Geraniums and Bacon by Cathy Leamy
I’ve been remiss in not talking about Cathy Leamy’s comics before now. I mentioned her Greenblooded a couple of years ago, due to its unique subject matter (“an introduction to eco-friendly feminine hygiene”), but I haven’t covered her main series, the anthology Geraniums and Bacon.
Each issue is 20 pages of introspection and observation, with expressive, cute, approachable drawings. Instead of being self-indulgent, her self-awareness is eye-opening. I learned things and took lessons in how to approach my own life from her comments. And I laughed when she reimagined herself fighting Death while dressed as Captain America in a piece on religion and whether to believe. She tackles big issues, but she also writes light-hearted entertainment, as in her one-pager on the punchbuggy game.
She makes fun of the process of writing autobiographical comics with the idea of Writer Embellishment, a product that adds excitement. Her dream pieces are full of the kind of symbolic transformation only comics can capture. I especially like her obsession to keep learning, even if she does worry it indicates a lack of self-esteem.
My very favorite piece occurs in issue #3. In one page, Leamy tells us how she turns programming for the web into a positive affirmation. It’s funny, creative, unusual, and I’ll remember it as a guide for how to approach work with more optimistic energy. But even her daily life stories are interesting, as when she worries about the lyrics of the music she’s dancing to or views an experimental lesbian film or shares travel tales (issue #4, whose centerpiece is a justification of traveling alone that makes me want to go voyaging).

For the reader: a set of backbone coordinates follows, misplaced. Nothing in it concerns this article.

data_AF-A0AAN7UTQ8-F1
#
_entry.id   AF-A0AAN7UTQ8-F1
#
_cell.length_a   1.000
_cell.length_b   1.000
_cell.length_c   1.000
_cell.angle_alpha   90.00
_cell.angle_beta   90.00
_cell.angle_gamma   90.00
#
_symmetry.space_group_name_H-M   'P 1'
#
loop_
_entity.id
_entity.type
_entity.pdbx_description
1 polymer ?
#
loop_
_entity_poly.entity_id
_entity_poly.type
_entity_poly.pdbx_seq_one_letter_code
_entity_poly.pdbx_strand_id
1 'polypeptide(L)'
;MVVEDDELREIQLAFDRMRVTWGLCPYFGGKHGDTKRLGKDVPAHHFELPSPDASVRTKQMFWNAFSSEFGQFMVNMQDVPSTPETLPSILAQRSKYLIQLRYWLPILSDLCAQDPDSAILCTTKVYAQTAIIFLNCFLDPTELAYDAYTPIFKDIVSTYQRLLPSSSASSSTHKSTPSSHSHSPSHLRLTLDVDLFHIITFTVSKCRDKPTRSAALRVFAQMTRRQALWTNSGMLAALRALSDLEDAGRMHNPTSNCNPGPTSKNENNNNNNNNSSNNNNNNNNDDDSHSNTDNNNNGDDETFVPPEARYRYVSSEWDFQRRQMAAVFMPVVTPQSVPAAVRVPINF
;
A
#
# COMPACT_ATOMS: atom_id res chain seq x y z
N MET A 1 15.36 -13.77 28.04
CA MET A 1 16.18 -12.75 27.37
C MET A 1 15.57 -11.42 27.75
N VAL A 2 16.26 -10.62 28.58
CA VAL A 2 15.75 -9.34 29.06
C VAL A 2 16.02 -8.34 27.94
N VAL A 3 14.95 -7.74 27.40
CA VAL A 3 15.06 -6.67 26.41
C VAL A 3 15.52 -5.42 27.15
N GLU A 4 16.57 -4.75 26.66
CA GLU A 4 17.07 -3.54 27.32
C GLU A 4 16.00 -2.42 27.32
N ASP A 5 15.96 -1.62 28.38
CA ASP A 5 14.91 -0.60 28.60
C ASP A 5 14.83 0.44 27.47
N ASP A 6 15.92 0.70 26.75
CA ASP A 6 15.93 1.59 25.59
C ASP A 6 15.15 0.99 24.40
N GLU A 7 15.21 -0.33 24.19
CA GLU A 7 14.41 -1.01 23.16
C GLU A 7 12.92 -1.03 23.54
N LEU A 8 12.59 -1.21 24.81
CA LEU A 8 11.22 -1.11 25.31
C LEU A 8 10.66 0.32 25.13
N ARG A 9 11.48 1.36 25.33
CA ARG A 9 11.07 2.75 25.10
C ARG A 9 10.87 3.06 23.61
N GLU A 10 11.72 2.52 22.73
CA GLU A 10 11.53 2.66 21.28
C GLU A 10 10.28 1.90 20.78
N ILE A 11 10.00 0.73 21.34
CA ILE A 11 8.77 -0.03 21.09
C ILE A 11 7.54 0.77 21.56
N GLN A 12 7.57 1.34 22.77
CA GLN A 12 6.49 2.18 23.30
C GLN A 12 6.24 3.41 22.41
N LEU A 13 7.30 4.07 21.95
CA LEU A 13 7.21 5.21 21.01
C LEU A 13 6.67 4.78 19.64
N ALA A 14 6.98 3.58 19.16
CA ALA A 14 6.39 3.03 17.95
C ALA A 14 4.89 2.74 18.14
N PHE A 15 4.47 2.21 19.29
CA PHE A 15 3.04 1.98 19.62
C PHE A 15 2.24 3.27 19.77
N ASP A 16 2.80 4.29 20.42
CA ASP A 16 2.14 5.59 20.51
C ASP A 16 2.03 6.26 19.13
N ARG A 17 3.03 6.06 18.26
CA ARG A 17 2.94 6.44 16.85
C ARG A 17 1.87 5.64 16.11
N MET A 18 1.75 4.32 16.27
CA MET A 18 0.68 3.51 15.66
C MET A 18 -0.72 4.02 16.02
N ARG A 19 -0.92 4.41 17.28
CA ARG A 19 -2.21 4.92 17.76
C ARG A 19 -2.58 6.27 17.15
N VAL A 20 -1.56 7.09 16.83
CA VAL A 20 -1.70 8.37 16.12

Book 5 leaves the more introspective work behind, instead documenting a visit to a “running of the brides” wedding gown sale, telling the story of a rotting pumpkin that became a home mascot, creating an alternate history/mecha mashup, and trying to shop for underwear. The change and growth in subject matter makes sense for a young author learning more about what kinds of stories she wants to tell and how much material is found around her.
The five issues of Geraniums and Bacon are available for $2 each from Leamy’s website, where she’s also posted samples. Her newest work is What’s the Word? — right now, it’s only available through her show appearances, but I hope it will be available for order soon. Leamy also created the idea of the Paper Mirror, one of her most famous strips, unfortunately not collected in any of these issues.